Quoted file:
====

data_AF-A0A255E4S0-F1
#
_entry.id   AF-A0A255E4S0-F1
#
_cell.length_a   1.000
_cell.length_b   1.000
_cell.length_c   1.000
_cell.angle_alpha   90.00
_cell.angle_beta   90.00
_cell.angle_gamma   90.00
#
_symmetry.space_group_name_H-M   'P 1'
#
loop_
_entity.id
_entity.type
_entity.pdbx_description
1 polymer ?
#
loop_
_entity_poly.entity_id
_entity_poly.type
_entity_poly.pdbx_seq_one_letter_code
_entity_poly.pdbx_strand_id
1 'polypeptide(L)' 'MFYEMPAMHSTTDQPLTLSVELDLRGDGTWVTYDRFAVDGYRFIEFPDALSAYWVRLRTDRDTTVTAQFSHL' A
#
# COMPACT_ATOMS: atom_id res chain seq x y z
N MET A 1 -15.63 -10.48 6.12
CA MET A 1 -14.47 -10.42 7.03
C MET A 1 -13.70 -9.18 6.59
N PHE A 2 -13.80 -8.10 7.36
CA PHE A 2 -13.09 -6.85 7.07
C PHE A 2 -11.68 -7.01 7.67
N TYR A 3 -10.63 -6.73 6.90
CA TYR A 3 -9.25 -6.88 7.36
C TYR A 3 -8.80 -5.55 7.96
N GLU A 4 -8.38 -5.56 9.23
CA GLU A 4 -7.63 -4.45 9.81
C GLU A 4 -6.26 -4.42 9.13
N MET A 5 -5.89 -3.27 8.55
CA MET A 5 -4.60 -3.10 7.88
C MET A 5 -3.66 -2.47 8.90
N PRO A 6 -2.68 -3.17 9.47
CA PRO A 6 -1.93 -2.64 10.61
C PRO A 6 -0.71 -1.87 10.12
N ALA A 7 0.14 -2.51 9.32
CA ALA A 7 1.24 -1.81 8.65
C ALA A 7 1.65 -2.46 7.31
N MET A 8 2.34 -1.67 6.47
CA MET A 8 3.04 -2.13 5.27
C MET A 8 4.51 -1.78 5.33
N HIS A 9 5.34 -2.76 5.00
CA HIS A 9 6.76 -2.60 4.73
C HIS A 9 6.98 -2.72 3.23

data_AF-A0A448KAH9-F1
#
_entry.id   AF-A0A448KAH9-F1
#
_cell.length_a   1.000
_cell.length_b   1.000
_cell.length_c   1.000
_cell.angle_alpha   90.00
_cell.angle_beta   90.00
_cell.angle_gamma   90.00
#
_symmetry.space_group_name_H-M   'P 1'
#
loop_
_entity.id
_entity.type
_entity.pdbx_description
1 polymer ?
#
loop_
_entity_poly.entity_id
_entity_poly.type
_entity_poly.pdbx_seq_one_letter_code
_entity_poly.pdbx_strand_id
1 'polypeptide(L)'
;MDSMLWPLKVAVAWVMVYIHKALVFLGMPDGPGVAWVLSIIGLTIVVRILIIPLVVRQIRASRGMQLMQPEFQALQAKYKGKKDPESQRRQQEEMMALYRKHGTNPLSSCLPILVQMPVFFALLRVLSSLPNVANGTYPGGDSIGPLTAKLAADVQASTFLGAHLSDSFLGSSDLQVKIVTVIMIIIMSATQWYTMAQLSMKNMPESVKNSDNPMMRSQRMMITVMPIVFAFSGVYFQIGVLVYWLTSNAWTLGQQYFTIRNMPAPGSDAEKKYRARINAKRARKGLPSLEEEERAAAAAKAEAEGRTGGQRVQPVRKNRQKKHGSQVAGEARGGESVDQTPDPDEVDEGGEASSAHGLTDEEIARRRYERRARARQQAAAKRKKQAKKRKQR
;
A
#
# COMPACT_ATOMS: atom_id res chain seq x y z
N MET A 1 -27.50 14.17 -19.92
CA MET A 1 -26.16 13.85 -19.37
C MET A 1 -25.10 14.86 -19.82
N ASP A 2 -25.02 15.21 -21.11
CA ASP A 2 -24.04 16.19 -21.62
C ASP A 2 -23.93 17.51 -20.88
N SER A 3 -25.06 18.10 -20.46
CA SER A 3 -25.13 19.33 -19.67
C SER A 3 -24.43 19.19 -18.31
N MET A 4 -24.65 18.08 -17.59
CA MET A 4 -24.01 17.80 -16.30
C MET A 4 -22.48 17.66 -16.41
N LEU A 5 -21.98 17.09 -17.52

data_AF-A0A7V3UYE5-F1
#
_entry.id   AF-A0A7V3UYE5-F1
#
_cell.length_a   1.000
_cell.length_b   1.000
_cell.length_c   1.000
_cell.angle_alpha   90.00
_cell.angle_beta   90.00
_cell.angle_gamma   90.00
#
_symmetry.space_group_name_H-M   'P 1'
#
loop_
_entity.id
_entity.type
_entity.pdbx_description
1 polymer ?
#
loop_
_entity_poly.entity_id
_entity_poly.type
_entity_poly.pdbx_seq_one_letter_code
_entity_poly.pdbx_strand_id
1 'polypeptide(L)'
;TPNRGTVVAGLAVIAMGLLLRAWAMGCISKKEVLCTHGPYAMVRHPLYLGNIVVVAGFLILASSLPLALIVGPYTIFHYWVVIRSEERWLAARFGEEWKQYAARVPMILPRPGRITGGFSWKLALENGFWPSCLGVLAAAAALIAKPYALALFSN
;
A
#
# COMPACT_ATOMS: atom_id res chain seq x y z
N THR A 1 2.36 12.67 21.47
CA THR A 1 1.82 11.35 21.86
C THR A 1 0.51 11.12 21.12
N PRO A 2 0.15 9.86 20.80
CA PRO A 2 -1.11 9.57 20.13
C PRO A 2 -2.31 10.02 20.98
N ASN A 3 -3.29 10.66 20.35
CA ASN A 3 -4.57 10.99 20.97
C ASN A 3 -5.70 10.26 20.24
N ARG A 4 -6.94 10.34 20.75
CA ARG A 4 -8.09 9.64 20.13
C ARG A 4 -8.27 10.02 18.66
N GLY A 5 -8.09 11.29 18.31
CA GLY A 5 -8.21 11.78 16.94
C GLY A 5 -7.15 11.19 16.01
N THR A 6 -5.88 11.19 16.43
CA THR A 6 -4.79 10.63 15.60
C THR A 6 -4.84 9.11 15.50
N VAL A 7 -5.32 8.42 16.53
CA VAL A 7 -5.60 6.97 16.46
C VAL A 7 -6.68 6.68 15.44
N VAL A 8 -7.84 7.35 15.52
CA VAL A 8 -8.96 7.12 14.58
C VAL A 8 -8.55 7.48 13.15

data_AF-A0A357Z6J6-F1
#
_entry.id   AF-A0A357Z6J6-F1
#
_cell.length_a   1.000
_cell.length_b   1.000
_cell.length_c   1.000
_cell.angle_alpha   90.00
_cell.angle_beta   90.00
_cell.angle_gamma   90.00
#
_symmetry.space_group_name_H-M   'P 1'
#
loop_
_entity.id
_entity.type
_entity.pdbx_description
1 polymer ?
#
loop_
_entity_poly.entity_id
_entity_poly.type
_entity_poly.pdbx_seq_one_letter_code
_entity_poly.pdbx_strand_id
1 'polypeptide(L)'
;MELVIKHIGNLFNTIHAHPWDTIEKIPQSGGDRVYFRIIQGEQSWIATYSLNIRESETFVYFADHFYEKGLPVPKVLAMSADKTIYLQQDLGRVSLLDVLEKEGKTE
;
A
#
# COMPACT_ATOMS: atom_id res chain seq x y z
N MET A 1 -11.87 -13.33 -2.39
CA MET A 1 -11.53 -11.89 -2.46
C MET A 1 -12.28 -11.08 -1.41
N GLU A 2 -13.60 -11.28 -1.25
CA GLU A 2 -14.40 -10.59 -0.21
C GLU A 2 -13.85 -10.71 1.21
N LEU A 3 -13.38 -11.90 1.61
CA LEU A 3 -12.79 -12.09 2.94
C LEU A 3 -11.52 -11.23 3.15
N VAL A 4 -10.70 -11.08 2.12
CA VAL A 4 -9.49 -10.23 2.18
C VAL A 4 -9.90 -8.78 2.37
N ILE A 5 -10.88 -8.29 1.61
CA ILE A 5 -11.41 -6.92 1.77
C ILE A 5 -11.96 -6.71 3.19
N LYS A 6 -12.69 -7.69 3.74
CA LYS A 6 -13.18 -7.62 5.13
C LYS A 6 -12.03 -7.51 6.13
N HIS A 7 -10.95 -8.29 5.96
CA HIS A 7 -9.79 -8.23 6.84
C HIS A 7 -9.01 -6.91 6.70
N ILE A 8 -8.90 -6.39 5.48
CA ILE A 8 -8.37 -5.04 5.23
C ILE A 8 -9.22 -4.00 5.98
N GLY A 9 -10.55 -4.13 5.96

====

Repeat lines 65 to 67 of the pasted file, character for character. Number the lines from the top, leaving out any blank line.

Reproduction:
#
_symmetry.space_group_name_H-M   'P 1'
#